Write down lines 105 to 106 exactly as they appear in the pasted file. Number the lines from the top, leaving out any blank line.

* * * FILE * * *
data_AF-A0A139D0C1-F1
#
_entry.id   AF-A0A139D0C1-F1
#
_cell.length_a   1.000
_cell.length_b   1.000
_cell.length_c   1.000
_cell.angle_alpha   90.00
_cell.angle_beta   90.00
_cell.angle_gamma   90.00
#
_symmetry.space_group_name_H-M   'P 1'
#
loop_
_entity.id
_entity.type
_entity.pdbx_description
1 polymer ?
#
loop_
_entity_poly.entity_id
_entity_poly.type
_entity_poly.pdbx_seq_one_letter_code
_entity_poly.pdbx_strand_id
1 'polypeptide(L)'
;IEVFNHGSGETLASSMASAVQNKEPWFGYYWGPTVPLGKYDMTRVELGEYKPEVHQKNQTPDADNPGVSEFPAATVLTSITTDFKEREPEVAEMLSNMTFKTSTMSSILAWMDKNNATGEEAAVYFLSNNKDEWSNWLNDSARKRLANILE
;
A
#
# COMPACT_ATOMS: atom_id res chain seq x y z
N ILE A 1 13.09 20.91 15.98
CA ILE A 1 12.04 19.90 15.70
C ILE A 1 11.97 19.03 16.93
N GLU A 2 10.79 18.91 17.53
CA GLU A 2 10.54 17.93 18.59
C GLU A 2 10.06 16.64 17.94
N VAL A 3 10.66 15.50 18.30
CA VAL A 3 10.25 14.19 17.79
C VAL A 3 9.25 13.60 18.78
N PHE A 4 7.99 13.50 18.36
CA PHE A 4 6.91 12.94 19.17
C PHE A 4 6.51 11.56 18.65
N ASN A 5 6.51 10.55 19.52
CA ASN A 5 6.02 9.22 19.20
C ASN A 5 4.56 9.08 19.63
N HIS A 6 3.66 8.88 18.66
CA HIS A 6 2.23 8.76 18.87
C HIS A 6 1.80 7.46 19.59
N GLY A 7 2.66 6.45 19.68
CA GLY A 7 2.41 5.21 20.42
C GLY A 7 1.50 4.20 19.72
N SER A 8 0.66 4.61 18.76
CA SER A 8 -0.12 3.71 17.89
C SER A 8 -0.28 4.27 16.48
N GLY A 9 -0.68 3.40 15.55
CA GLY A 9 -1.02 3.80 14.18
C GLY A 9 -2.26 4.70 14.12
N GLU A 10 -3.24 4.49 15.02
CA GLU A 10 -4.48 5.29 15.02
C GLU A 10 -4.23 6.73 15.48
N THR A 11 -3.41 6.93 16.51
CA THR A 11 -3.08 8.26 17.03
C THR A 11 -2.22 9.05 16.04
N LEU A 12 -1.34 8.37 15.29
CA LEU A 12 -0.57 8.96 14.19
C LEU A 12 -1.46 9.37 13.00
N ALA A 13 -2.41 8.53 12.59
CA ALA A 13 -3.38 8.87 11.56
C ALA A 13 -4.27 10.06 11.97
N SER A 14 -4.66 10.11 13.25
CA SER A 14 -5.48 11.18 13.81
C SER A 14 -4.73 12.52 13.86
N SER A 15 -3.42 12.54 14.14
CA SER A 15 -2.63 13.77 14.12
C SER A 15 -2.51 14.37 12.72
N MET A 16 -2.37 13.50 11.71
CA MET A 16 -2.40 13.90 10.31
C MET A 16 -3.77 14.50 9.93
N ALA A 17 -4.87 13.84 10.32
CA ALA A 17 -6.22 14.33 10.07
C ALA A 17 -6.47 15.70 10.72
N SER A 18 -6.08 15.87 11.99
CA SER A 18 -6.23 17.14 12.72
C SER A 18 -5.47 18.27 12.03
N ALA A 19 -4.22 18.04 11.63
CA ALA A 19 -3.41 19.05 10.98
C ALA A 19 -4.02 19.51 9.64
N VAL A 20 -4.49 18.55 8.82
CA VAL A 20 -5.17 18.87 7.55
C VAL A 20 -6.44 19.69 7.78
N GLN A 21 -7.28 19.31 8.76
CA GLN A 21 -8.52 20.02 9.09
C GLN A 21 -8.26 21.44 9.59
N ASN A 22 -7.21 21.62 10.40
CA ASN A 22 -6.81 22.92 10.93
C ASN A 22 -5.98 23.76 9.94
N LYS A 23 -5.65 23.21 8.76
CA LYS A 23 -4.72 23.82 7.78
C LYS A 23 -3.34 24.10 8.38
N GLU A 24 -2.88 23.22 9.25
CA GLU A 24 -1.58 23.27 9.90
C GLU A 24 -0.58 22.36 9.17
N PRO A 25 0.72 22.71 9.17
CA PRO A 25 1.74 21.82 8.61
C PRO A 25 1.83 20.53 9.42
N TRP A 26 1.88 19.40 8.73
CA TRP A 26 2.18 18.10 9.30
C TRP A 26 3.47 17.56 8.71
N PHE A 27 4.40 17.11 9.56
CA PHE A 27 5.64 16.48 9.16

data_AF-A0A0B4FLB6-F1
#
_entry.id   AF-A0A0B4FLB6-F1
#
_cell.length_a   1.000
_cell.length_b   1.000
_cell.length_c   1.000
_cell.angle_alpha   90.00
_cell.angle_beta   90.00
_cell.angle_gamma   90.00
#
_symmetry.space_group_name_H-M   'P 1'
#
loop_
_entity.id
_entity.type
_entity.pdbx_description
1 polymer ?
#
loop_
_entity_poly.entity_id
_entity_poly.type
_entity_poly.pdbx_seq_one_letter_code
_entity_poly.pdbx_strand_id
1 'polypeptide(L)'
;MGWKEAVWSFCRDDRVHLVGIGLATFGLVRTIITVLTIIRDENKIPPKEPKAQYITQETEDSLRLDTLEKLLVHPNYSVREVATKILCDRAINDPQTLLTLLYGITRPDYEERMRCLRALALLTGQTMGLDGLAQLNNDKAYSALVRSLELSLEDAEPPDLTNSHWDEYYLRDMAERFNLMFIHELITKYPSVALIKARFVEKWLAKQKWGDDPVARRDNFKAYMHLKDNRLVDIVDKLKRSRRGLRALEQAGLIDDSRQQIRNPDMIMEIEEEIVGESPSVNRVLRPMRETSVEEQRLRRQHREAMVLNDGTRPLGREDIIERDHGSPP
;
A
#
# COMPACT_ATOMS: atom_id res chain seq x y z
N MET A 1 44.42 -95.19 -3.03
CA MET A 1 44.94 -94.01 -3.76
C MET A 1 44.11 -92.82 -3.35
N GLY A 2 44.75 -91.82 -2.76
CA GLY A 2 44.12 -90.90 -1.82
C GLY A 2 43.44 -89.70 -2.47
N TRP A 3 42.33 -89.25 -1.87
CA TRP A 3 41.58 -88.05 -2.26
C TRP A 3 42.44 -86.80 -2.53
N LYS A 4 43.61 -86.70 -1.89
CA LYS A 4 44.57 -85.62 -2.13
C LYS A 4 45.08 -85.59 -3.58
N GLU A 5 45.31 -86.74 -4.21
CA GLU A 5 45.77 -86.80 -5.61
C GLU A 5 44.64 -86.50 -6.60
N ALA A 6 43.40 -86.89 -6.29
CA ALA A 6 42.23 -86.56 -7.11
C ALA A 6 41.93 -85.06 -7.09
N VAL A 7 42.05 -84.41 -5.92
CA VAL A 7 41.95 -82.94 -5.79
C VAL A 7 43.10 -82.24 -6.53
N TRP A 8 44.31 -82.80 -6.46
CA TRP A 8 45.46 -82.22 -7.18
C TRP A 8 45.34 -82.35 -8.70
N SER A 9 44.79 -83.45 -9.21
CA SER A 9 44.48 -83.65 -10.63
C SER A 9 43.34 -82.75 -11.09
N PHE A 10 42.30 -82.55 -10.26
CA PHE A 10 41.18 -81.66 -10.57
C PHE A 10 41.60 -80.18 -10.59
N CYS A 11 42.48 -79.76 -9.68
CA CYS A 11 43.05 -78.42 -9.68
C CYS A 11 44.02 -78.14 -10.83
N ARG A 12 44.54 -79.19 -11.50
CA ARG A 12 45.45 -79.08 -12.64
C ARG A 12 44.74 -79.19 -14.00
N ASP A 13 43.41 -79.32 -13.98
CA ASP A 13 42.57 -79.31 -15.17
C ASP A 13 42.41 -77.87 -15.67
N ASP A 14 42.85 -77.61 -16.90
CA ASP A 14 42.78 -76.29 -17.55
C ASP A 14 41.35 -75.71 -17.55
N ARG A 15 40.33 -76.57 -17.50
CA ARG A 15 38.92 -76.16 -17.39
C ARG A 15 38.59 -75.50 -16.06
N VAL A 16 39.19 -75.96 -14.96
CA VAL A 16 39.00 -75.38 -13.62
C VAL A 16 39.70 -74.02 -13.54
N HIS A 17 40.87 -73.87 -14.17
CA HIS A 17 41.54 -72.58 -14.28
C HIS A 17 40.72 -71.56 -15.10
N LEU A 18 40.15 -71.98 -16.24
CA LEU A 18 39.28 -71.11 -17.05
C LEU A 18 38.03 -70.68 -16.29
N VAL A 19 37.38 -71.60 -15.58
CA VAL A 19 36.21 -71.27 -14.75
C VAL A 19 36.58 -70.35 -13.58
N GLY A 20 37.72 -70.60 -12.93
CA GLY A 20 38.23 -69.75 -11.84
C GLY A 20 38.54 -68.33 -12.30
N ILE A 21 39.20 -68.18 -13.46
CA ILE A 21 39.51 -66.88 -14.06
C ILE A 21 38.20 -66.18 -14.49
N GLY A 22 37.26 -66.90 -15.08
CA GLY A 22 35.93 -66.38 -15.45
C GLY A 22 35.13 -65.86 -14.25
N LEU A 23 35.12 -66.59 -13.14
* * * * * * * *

C PRO A 25 1.83 20.53 9.42
N TRP A 26 1.88 19.40 8.73